When people are new to the subculture surrounding marijuana, they often wonder what the distinction is between marijuana and hemp. The two terms are often used interchangeably in smoking culture — but they actually refer to different things. Today, we take a look at some of the key distinctions and why they’re important.

What is the difference between hemp & marijuana?

It’s not terribly surprising that this confusion has occurred, as the marijuana plant and the hemp plant are the exact same species. However, there are a number of important chemical distinctions that have created separate classifications. Officially, hemp is defined as a cannabis plant containing less than 0.3% of THC, whereas marijuana is defined as a cannabis plant that contains 0.4% or more of THC. Many of the modern stronger derivatives of cannabis can exceed 10% THC in their makeup, with the highest being believed to be between 25-30%. This is considered one of the main deciding factors in the difference between hemp and cannabis.

So, what is marijuana?

Traditionally the word “marijuana” has been used to indicate the difference between cannabis that is hemp and cannabis that is not, based on the amount of THC that each plant contains. Both varieties come from the Sativa strain, but it is the fundamental makeup of CBD versus THC, which is the telling difference between hemp and marijuana. Marijuana features a higher amount of THC — accordingly, new and emerging cannabis varieties are being bred with these factors in mind to maintain this distinction between the official classifications.

Marijuana itself is a psychoactive plant with hundreds of components, over 100 of which have presently been identified as cannabinoids. THC is the primary psychoactive cannabinoid in the marijuana plant, and the potency of marijuana is primarily evaluated using the THC concentration of a sample. Marijuana possesses a number of therapeutic applications which are attributed to only certain cannabinoids in the plant, and is also widely known to be used recreationally and for a range of medical purposes worldwide.

Why is hemp different?

Hemp, by contrast, is one of the earliest cultivated plants from Central Asia. Many ancient Asian cultures kept records of its versatility and the ways it could be utilized for food, fabric and countless other uses. Historically, a multitude of products have been derived from the hemp plant. It is said to have set Columbus’s sails with canvas and rope and to have lined the spine of the first copy of the Bible. Even Adidas were proud to sport ‘The Hemp’ line of sneakers in 1996, made almost entirely from hemp fibers.

The hemp seed is also useful in a multitude of its forms — and when it’s pressed into oil, it has been well-documented as an effective source of fat, fiber and protein, with a very high nutritional value. The oil contains numerous vitamins, with the gamma-tocopherol derivative present in the highest quantity. Tocopherols are natural antioxidants that can reduce the risk of blood pressure-related disorders, anxiety and other neurological disorders.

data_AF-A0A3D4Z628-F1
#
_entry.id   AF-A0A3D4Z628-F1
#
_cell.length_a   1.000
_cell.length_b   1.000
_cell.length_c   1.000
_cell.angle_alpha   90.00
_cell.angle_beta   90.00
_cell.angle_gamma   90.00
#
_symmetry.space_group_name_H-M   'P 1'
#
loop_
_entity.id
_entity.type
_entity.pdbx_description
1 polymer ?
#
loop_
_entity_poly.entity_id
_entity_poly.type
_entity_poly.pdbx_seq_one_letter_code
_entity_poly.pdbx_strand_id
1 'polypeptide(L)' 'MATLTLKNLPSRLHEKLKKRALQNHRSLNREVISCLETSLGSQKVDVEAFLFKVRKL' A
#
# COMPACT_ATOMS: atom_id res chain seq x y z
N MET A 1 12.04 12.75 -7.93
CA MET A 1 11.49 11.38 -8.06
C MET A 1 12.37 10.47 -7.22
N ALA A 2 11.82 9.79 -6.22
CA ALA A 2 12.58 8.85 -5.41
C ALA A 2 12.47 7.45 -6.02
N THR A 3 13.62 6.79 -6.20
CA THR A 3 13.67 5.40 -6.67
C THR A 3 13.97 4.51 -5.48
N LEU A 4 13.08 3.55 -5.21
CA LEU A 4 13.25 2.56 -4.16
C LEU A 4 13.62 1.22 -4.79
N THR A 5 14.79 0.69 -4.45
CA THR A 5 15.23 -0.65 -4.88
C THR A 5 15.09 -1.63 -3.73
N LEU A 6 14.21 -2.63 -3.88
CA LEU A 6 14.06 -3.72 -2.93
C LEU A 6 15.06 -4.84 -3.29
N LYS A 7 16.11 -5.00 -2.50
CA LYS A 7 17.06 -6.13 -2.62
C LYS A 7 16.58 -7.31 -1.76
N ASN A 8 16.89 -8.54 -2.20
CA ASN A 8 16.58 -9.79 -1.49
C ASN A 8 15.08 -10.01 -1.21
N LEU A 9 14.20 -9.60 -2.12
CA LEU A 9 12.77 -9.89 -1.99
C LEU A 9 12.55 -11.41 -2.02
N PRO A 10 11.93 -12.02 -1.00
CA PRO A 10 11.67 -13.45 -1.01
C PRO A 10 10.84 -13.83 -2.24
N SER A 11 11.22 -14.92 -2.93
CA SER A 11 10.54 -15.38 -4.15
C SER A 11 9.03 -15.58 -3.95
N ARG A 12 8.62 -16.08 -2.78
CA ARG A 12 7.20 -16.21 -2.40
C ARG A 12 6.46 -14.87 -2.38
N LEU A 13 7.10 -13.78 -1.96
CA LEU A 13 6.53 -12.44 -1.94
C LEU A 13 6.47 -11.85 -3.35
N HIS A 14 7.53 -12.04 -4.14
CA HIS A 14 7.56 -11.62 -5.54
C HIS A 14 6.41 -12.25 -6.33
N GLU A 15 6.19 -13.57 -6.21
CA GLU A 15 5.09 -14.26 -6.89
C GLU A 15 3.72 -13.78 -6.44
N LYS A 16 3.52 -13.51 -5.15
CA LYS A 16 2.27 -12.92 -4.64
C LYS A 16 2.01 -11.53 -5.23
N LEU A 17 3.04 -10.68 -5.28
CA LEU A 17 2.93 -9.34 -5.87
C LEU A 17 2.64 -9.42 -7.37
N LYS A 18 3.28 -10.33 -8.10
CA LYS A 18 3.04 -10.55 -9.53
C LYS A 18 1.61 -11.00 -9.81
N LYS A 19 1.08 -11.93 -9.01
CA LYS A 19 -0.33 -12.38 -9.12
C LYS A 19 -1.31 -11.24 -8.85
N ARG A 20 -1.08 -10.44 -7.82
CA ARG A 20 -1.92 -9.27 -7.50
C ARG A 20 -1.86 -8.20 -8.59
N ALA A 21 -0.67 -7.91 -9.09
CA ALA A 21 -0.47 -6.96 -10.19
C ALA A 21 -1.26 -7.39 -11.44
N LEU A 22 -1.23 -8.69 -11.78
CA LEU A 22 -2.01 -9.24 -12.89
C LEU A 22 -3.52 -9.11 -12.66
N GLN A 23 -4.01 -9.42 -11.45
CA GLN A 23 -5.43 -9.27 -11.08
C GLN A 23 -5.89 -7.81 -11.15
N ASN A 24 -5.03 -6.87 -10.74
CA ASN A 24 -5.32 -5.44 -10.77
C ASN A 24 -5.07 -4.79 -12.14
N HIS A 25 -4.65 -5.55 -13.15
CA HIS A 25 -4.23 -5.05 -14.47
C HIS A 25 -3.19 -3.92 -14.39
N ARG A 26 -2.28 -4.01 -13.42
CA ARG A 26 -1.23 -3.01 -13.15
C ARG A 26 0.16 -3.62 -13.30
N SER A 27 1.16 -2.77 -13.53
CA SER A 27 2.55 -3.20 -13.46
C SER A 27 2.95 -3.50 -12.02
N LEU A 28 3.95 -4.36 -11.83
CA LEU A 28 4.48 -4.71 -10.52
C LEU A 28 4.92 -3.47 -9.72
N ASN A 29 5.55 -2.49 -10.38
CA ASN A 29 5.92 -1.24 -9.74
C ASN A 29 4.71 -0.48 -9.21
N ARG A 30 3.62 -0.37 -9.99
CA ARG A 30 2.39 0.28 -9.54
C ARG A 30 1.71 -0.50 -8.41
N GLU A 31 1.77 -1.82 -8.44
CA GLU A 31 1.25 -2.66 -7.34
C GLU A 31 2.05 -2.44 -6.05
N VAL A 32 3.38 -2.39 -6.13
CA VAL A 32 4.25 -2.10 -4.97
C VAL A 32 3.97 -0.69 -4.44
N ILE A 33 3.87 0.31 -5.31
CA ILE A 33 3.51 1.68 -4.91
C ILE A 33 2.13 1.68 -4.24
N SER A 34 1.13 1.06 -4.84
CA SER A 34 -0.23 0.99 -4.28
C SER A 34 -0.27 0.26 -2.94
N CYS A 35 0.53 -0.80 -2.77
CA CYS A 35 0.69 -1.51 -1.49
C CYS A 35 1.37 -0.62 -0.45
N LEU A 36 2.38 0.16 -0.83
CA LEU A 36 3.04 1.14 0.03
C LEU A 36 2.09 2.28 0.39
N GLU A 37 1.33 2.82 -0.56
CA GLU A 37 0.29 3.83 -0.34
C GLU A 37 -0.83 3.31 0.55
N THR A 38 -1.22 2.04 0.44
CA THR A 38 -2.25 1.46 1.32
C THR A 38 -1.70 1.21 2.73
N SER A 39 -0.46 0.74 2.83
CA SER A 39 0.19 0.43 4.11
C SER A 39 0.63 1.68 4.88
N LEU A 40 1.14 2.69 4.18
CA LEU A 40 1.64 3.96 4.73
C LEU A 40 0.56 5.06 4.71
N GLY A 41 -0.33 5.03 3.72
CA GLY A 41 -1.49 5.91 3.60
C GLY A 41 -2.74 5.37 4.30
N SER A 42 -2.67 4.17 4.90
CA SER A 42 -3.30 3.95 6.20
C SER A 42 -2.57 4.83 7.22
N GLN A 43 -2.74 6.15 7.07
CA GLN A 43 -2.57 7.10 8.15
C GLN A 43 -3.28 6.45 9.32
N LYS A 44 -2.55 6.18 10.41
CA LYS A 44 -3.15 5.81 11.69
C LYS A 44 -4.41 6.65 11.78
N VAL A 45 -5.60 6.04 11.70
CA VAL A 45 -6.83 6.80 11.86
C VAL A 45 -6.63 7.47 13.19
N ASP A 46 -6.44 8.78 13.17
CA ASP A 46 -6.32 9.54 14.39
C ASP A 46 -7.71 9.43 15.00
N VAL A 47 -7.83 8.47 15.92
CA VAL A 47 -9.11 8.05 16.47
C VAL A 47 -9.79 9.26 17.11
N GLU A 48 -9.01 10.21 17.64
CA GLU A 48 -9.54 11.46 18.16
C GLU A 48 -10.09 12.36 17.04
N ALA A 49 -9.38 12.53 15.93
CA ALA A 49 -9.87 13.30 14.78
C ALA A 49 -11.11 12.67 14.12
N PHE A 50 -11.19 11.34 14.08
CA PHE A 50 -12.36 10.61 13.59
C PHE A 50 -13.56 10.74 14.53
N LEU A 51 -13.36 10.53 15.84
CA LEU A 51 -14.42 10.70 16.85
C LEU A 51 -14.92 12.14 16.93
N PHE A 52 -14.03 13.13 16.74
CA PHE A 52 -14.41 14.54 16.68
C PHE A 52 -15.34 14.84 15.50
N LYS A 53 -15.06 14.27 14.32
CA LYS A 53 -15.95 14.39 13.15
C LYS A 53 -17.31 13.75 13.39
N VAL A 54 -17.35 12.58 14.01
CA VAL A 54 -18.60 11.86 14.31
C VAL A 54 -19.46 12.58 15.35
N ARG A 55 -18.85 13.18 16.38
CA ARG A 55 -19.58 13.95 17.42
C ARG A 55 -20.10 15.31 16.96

However, due to the similarities between industrial hemp and marijuana, the production of industrial hemp was prohibited in almost all countries around the world for centuries. Attitudes have only really begun to shift in the last few decades, with many countries still taking a hardline stance against hemp and marijuana alike.

For a long time, this included the USA. Despite its multitude of uses, hemp production had faced great scrutiny in the USA, particularly after 1937, when the Marijuana Tax Act was introduced. For decades, there have been laws introduced around the world which were designed to stilt the progression of the hemp and marijuana industries.

Fortunately, today we are beginning to see a resurgence of the hemp industry around the world. Some of the industrial uses of hemp include:

  • Textiles
  • Clothing
  • Shoes
  • Food
  • Paper
  • Bioplastics
  • Insulation
  • Biofuel

There are also a variety of health benefits and medicinal qualities which may be derived from hemp oil, including:

  • Pain relief
  • Reducing anxiety and depression
  • Alleviating cancer-related symptoms
  • Neuroprotective properties
  • Heart health

Both the CBD and the THC contained within marijuana have been used in both medical and recreational fields for centuries, if not millennia. As the legalization of medical and recreational marijuana continues throughout the world, we are seeing a rise in cannabis-based products such as concentrates and edibles, expanding the range of ways in which one can consume marijuana.

The future of hemp and marijuana around the world

When considering the difference between hemp and cannabis, each has its own tumultuous history with legalization in many countries. The good news is that in recent years, many marijuana laws and regulations have loosened immensely, allowing for positive movement in the direction of the discovery of new medicines, enormous economic benefits, along with a boom in farming and other associated industries. As legalization has gained increasing momentum in the USA and continues to attract attention around the world, it seems likely that we’ll continue to see new developments and innovations in the worlds of both hemp and marijuana.